The Pac-12 Conference has produced its share of stellar tight ends in recent years and appears to have a few more following behind the latest crop to head to the NFL last month.
The position is one of the biggest question marks on the depth chart at Colorado, which produced Nick Kasa who was drafted by the Oakland Raiders in the sixth round of the NFL draft.
The Buffs don't have a player at the position with the combination of size and speed that Kasa possessed. Instead the team has a blend of players with different strengths and abilities at the position, making it unlikely CU will have one player get most of the snaps at tight end this fall.
"I think we can do it both individually and collectively," said veteran Kyle Slavin. "At the end of the year, we may not have one guy that is All-Pac-12, but when you look at CU tight ends as a unit, they're going to be up there with everyone."
Slavin played in all 12 games last season as a backup to Kasa, catching just 14 passes for a total of 109 yards. He has struggled to find his comfort zone at the college level, in part because he is now learning his third offensive system and is being coached by his third head coach and position coach.
"I think I've come a long way," Slavin said. "When you first get here, everything is new no matter how complex your high school offense was. It's a whole new world. I finally feel comfortable with terminologies, understanding defenses and understanding how to make reads and what the guy beside me is trying to do, which helps a lot with what I'm trying to do."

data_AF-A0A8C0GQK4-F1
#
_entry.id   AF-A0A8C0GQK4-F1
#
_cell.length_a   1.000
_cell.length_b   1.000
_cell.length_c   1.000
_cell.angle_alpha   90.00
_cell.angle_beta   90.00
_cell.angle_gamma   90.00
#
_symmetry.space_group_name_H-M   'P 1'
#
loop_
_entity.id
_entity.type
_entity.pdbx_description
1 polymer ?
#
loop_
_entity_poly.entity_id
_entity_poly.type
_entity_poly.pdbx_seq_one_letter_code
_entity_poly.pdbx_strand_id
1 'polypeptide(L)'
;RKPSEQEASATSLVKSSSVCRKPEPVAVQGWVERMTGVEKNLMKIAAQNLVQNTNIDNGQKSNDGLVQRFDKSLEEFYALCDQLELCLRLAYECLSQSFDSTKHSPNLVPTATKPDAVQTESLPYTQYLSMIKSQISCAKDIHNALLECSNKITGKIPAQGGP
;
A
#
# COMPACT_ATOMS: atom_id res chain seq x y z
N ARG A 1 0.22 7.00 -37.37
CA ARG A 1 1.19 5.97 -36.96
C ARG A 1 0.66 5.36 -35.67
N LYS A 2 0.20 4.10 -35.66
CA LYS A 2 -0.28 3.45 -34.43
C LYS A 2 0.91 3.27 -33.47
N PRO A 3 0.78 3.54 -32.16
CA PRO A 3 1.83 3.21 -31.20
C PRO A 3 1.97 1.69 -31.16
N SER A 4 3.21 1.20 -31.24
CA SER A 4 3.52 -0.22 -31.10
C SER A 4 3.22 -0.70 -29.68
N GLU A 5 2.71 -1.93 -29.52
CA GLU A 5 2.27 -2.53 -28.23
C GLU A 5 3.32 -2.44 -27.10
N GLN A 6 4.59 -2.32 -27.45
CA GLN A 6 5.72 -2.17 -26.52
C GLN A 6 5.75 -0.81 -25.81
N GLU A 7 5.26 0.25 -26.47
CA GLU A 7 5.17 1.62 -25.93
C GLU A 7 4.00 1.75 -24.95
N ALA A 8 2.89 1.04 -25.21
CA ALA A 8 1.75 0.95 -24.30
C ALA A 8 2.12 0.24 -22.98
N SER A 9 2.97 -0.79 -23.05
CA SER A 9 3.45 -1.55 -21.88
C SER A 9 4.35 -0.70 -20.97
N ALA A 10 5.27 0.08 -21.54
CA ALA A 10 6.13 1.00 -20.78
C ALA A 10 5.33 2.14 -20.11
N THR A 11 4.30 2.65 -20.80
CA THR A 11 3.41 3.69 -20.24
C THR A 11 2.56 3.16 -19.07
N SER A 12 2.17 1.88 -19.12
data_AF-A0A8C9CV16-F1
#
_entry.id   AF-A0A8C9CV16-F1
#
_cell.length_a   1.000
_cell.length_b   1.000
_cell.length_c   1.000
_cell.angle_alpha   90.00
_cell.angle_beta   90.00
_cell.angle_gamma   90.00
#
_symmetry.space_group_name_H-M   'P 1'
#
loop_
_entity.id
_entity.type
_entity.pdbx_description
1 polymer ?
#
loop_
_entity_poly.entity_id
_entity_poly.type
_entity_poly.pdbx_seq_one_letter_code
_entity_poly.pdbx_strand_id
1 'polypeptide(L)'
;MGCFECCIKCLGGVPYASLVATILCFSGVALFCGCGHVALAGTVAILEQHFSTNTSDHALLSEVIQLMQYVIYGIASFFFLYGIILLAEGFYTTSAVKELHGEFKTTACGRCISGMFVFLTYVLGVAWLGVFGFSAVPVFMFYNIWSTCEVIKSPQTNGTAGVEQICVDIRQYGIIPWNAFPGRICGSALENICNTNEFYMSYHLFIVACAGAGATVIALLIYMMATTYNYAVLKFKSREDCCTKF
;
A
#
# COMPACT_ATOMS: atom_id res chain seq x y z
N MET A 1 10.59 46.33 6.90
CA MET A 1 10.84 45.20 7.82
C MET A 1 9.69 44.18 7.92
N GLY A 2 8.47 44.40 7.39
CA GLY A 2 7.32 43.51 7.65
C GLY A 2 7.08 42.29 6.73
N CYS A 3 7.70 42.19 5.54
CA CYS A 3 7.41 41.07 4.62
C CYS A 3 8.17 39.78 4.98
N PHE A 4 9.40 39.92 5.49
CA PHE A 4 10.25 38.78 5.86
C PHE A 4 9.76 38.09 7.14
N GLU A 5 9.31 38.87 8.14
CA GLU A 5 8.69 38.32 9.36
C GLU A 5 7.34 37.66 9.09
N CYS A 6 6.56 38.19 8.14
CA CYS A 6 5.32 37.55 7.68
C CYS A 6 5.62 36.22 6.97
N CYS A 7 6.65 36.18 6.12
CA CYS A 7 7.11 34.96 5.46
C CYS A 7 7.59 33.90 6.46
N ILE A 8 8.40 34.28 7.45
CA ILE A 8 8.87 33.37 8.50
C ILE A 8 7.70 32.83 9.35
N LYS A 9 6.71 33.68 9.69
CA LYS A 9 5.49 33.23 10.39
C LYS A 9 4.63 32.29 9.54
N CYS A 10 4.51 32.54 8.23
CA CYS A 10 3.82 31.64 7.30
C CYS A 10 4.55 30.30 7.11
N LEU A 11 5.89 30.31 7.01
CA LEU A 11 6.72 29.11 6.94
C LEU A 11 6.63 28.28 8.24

There are questions about the other three players who, when combined with Slavin, comprise the top four at the position following spring ball.
Senior Scott Fernandez is a converted offensive lineman who, like Slavin, has had his moments but hasn't proven capable of playing the position in all situations. Alex Wood is another veteran who has spent the past two years playing football, but returned to tight end this spring and Vincent Hobbs is the most athletic of the four, but his future with the program is uncertain because of his father's medical problems back home in Texas.
Hobbs was second in receptions last fall among CU tight ends, finishing behind Kasa. Hobbs caught 16 passes for 153 yards.
In the spring under new coaches, CU tight ends didn't specialize in certain roles. For instance, Fernandez was generally used in run blocking situations in the past, but he was moved around and asked to do what more agile guys generally have done in the past.
"Maybe in the fall that might change depending on what coach sees our strengths are and what other players' strengths are," Fernandez said.
Slavin said the tight end position is used differently by Mike MacIntyre than it was used by Jon Embree and his staff but the changes are subtle.
"I think it's a big role," Slavin said of what tight ends will be asked to do in the new offense. "There is a lot of stuff that fans don't really realize, key blocks on a lot of run plays, big reads, we set up guys on a lot of pass plays and help the receivers get deep. So I think the stuff that may not be noticed by fans is what we kind of do."
Follow Kyle on Twitter: @KyleRingo.